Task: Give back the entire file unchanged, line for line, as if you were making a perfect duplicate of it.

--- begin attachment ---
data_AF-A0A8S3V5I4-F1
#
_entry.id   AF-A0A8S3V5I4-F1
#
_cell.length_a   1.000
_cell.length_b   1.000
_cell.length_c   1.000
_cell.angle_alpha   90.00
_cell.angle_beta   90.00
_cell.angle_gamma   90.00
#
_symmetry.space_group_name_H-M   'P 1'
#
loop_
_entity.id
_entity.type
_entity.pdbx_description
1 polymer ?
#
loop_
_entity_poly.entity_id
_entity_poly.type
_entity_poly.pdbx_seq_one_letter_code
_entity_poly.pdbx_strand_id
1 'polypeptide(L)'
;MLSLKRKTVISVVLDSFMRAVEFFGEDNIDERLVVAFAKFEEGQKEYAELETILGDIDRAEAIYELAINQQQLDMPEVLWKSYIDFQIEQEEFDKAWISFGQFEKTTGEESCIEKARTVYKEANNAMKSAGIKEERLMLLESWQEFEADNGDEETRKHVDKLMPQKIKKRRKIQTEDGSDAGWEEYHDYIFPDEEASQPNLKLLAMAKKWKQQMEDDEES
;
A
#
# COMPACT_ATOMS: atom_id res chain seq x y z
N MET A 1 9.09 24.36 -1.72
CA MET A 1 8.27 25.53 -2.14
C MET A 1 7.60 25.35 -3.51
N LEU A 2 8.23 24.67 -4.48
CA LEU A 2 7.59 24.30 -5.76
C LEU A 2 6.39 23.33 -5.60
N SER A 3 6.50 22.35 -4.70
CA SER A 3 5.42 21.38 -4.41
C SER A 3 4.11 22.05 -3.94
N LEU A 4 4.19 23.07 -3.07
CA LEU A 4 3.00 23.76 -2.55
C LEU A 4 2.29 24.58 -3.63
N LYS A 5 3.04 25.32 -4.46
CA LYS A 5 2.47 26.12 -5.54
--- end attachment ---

data_AF-A0A8S3V5I4-F1
#
_entry.id   AF-A0A8S3V5I4-F1
#
_cell.length_a   1.000
_cell.length_b   1.000
_cell.length_c   1.000
_cell.angle_alpha   90.00
_cell.angle_beta   90.00
_cell.angle_gamma   90.00
#
_symmetry.space_group_name_H-M   'P 1'
#
loop_
_entity.id
_entity.type
_entity.pdbx_description
1 polymer ?
#
loop_
_entity_poly.entity_id
_entity_poly.type
_entity_poly.pdbx_seq_one_letter_code
_entity_poly.pdbx_strand_id
1 'polypeptide(L)'
;MLSLKRKTVISVVLDSFMRAVEFFGEDNIDERLVVAFAKFEEGQKEYAELETILGDIDRAEAIYELAINQQQLDMPEVLWKSYIDFQIEQEEFDKAWISFGQFEKTTGEESCIEKARTVYKEANNAMKSAGIKEERLMLLESWQEFEADNGDEETRKHVDKLMPQKIKKRRKIQTEDGSDAGWEEYHDYIFPDEEASQPNLKLLAMAKKWKQQMEDDEES
;
A
#
# COMPACT_ATOMS: atom_id res chain seq x y z
N MET A 1 9.09 24.36 -1.72
CA MET A 1 8.27 25.53 -2.14
C MET A 1 7.60 25.35 -3.51
N LEU A 2 8.23 24.67 -4.48
CA LEU A 2 7.59 24.30 -5.76
C LEU A 2 6.39 23.33 -5.60
N SER A 3 6.50 22.35 -4.70
CA SER A 3 5.42 21.38 -4.41
C SER A 3 4.11 22.05 -3.94
N LEU A 4 4.19 23.07 -3.07
CA LEU A 4 3.00 23.76 -2.55
C LEU A 4 2.29 24.58 -3.63
N LYS A 5 3.04 25.32 -4.46
CA LYS A 5 2.47 26.12 -5.54